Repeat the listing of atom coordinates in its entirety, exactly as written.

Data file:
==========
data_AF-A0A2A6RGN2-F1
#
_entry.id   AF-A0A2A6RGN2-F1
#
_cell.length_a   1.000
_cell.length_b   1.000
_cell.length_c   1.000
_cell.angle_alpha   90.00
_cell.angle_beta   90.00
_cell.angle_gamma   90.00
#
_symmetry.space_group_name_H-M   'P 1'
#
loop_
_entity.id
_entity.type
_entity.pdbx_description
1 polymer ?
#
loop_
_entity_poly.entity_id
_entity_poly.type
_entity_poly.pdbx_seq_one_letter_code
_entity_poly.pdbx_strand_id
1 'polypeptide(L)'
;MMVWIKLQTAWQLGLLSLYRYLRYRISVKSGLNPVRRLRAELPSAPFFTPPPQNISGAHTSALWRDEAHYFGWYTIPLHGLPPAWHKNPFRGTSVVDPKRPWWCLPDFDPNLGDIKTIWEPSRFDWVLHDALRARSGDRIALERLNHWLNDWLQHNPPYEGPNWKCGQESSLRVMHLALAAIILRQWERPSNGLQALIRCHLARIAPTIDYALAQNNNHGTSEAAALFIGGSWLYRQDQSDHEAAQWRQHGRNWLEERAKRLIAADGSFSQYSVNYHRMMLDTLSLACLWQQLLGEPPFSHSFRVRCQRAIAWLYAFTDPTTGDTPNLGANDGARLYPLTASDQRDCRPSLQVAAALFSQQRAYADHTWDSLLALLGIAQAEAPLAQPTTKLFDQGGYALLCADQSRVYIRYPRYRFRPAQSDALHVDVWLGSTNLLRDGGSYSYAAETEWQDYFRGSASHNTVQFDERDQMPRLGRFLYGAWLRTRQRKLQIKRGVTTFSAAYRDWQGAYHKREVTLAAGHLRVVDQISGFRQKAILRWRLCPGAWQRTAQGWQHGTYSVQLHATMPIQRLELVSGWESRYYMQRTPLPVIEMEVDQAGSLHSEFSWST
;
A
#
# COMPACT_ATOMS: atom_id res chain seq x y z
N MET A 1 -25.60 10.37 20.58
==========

data_AF-A0A2A6RGN2-F1
#
_entry.id   AF-A0A2A6RGN2-F1
#
_cell.length_a   1.000
_cell.length_b   1.000
_cell.length_c   1.000
_cell.angle_alpha   90.00
_cell.angle_beta   90.00
_cell.angle_gamma   90.00
#
_symmetry.space_group_name_H-M   'P 1'
#
loop_
_entity.id
_entity.type
_entity.pdbx_description
1 polymer ?
#
loop_
_entity_poly.entity_id
_entity_poly.type
_entity_poly.pdbx_seq_one_letter_code
_entity_poly.pdbx_strand_id
1 'polypeptide(L)'
;MMVWIKLQTAWQLGLLSLYRYLRYRISVKSGLNPVRRLRAELPSAPFFTPPPQNISGAHTSALWRDEAHYFGWYTIPLHGLPPAWHKNPFRGTSVVDPKRPWWCLPDFDPNLGDIKTIWEPSRFDWVLHDALRARSGDRIALERLNHWLNDWLQHNPPYEGPNWKCGQESSLRVMHLALAAIILRQWERPSNGLQALIRCHLARIAPTIDYALAQNNNHGTSEAAALFIGGSWLYRQDQSDHEAAQWRQHGRNWLEERAKRLIAADGSFSQYSVNYHRMMLDTLSLACLWQQLLGEPPFSHSFRVRCQRAIAWLYAFTDPTTGDTPNLGANDGARLYPLTASDQRDCRPSLQVAAALFSQQRAYADHTWDSLLALLGIAQAEAPLAQPTTKLFDQGGYALLCADQSRVYIRYPRYRFRPAQSDALHVDVWLGSTNLLRDGGSYSYAAETEWQDYFRGSASHNTVQFDERDQMPRLGRFLYGAWLRTRQRKLQIKRGVTTFSAAYRDWQGAYHKREVTLAAGHLRVVDQISGFRQKAILRWRLCPGAWQRTAQGWQHGTYSVQLHATMPIQRLELVSGWESRYYMQRTPLPVIEMEVDQAGSLHSEFSWST
;
A
#
# COMPACT_ATOMS: atom_id res chain seq x y z
N MET A 1 -25.60 10.37 20.58